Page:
“One room’s all we’ll need.” Trystian spoke. “We’re used to sleeping in rotation. No need for more than the one. We aren’t going anywhere.”
Rather than argue, Roberts nodded in agreement. One room would be easier for his men to watch than five anyway. At least, he hoped it would be.
Once James had ridden out of earshot, Roberts spoke up again. “I apologize for his behavior, my lady. James is a bit reactionary. Above all, he would see his people have their own lands again. He thinks it would be better for the Amari to live apart from the rest of the world. My king does not agree. He feels we should live peacefully side by side.”
“There aren’t many who would agree with his views.” Fin’s voice, though calm, was still guarded.
“That’s the truth. His father didn’t, that’s for certain. Two weeks after he died, though, Christoph personally unchained each Amari his father had collected during his lifetime. He gave them the option of going out into the world or staying there under his protection. Any that stayed would be expected to do a job, but not their magic.”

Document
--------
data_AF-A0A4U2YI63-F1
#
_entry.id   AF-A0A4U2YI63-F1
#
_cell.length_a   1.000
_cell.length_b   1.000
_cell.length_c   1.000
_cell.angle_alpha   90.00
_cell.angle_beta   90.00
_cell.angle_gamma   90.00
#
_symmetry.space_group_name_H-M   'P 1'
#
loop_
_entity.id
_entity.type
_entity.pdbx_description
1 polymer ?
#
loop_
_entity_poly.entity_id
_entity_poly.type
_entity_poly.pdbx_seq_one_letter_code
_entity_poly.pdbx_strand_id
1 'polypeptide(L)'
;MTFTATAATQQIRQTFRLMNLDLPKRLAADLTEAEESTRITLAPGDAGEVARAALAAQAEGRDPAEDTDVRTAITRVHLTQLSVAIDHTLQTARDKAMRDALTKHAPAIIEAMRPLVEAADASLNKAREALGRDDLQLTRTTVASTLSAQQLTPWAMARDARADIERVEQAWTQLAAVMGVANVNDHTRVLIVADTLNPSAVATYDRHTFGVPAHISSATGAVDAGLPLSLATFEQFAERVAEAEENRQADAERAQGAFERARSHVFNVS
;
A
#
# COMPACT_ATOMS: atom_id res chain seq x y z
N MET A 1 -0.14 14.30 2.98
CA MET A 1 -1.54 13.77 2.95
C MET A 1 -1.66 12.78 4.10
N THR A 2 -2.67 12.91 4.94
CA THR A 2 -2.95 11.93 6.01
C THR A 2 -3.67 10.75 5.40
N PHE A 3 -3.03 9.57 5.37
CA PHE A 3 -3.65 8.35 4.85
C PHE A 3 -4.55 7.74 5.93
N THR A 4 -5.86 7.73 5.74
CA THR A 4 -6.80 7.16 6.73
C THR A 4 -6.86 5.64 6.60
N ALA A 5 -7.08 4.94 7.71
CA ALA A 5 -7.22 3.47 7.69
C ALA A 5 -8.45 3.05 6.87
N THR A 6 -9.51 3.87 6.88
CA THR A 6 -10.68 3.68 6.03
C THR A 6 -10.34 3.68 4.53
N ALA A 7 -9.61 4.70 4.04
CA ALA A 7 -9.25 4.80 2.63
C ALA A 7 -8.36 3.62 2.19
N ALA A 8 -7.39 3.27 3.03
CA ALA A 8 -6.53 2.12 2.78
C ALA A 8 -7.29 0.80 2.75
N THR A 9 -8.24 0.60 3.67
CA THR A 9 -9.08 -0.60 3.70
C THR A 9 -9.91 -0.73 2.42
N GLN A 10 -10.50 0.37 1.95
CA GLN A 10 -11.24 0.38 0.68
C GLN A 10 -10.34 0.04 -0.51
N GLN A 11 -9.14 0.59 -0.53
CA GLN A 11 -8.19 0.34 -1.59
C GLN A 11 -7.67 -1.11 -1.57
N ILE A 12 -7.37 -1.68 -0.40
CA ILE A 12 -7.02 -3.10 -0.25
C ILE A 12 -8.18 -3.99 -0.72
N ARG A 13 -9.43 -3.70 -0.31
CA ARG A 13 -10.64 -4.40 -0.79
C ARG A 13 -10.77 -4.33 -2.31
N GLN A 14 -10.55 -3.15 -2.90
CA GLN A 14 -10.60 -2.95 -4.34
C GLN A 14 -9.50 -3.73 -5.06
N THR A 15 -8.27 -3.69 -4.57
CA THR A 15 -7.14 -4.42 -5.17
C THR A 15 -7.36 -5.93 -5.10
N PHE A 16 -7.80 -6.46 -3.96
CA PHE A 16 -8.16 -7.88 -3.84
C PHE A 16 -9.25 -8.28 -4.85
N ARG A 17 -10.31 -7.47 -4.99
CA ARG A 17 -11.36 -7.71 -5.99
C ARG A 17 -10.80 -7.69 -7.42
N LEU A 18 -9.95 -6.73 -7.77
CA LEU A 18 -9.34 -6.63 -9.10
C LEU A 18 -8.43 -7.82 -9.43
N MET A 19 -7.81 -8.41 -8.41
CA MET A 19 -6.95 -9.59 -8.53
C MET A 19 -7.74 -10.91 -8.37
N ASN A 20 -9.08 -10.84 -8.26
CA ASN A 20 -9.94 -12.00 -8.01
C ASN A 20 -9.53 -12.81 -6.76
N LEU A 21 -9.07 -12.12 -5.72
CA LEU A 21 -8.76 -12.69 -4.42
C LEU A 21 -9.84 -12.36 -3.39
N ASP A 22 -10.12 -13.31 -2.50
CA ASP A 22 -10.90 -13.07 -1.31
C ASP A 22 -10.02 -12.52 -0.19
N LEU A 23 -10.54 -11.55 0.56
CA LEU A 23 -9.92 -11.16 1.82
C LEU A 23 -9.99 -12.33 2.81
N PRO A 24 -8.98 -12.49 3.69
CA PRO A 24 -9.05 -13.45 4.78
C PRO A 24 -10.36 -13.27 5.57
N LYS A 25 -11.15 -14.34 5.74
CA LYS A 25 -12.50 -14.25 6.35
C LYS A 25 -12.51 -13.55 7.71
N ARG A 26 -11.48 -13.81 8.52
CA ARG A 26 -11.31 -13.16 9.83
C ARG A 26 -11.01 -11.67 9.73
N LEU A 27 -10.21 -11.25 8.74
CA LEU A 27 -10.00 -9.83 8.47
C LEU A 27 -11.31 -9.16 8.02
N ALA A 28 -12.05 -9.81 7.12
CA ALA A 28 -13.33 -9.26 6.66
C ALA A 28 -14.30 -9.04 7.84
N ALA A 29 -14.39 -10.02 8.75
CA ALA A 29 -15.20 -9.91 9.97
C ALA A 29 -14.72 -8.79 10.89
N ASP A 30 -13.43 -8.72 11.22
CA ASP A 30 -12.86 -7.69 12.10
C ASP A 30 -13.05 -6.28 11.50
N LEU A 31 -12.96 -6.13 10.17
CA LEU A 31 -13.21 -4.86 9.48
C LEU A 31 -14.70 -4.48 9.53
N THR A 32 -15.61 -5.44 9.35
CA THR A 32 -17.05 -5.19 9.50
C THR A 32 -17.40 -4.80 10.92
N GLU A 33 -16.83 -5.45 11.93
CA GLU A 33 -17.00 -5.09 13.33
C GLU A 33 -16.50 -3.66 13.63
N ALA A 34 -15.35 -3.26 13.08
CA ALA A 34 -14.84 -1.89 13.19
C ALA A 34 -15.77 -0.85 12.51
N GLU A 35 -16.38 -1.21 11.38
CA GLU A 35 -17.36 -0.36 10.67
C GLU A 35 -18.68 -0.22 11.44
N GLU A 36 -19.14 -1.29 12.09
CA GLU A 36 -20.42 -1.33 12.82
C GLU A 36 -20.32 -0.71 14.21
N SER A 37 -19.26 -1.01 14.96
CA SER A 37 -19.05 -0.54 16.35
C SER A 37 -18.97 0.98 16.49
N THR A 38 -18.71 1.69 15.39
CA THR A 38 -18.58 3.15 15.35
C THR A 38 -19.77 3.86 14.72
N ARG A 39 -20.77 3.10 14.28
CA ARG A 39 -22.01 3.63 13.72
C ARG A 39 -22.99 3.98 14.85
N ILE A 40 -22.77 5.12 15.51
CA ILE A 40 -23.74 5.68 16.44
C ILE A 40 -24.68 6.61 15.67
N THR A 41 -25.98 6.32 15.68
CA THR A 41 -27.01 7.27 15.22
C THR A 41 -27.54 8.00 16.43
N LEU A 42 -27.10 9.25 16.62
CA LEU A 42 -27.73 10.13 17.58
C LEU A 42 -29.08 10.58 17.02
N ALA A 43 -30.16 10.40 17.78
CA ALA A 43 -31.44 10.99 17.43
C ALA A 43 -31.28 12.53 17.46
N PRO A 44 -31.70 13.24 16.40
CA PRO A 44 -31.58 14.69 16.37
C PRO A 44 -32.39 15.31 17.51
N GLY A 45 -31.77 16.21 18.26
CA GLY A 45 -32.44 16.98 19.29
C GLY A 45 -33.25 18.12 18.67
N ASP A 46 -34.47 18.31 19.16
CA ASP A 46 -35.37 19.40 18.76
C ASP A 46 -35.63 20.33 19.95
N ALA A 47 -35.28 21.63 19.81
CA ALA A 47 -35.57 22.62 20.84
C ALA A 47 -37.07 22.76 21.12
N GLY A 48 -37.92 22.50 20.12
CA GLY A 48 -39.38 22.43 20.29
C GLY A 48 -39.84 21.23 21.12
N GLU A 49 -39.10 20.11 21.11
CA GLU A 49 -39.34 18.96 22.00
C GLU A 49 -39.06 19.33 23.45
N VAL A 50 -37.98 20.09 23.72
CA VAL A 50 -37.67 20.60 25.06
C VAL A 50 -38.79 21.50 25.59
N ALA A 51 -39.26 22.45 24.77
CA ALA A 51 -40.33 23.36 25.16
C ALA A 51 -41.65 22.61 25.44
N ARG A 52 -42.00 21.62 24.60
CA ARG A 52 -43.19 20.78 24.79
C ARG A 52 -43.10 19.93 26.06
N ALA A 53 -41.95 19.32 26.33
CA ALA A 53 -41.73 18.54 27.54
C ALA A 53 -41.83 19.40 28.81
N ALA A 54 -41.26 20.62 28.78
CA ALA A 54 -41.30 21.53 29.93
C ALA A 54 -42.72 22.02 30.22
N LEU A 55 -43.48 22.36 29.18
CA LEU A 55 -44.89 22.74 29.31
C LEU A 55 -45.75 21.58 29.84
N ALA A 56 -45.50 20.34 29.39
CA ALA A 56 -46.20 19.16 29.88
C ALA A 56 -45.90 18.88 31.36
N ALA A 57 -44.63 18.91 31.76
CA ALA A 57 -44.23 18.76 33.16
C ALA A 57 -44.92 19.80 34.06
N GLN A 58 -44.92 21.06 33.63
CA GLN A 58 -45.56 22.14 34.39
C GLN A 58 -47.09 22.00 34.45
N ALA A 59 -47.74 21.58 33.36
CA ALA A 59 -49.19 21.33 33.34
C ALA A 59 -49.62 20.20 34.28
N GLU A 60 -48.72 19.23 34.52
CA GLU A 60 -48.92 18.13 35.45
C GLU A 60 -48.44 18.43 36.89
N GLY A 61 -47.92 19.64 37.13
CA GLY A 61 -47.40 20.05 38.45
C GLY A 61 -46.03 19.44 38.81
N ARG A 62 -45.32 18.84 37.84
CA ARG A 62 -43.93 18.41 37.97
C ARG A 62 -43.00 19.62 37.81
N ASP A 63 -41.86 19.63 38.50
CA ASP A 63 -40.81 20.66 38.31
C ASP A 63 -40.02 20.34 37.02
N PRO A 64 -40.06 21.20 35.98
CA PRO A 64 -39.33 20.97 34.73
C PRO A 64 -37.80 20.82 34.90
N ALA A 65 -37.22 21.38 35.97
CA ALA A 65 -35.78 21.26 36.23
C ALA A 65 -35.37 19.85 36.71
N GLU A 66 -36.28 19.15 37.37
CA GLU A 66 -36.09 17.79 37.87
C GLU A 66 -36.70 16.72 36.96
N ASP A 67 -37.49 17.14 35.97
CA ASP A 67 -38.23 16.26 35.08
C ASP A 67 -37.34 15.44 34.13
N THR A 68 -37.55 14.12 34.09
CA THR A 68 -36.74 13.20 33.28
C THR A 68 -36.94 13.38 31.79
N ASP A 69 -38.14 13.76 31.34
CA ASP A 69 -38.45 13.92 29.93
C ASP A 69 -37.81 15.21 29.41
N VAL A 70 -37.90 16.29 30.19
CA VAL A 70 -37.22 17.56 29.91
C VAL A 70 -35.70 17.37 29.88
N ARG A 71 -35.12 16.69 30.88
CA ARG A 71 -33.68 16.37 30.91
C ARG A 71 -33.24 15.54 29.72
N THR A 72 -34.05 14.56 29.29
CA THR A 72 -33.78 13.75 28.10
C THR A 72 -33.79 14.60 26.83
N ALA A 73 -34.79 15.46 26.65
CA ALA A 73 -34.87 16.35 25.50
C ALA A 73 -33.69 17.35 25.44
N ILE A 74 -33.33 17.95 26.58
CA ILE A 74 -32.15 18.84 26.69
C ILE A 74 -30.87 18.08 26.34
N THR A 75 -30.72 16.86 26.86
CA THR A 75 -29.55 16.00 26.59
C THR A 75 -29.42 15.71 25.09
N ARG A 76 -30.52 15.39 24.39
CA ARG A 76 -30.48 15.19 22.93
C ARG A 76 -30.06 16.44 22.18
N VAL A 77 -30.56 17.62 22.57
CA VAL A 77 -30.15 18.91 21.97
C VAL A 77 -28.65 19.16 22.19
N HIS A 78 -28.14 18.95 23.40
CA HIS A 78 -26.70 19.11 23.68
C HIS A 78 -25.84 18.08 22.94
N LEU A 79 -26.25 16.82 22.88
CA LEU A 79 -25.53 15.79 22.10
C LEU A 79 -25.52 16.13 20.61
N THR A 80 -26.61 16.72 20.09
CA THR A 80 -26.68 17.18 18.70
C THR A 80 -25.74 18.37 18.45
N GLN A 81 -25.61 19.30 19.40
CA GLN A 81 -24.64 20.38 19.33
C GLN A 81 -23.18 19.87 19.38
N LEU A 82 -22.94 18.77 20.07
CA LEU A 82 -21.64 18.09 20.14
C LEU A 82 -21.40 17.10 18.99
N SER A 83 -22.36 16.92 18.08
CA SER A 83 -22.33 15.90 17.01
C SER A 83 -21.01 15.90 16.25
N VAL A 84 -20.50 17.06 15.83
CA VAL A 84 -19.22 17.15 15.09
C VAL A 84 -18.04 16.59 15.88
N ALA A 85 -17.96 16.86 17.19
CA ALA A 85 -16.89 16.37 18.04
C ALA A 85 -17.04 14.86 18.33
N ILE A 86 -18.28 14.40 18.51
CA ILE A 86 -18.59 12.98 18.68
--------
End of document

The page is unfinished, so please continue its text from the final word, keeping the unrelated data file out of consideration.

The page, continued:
“Magic is banned, then?”
“No. It’s more that he doesn’t command them to do it. All the jobs they were given required manual labor. Anything from helping around the keep to blacksmithing to farming. A few were asked to join his small council. James was the only one to volunteer to help scout for more Amari, though. He’s a good man.”
Alaric’s head bent nearer to the woman’s ear and he whispered something that Roberts couldn’t hear. She found it funny, though, as her face brightened slightly and she giggled.
Rather than ask, Roberts turned his focus back to the road ahead. A warm meal was going to do him wonders tonight.
Born in the late 60′s, KateMarie has lived most of her life in the Pacific NW. While she’s always been creative, she didn’t turn towards writing until 2008. She found a love for the craft. With the encouragement of her husband and two daughters, she started submitting her work to publishers. When she’s not taking care of her family, KateMarie enjoys attending events for the Society for Creative Anachronism. The SCA has allowed her to combine both a creative nature and love of history. She currently resides with her family and two cats in what she likes to refer to as “Seattle Suburbia”.
You can find KateMarie at the following sites:
Her blog: http://www.katemariecollins.wordpress.com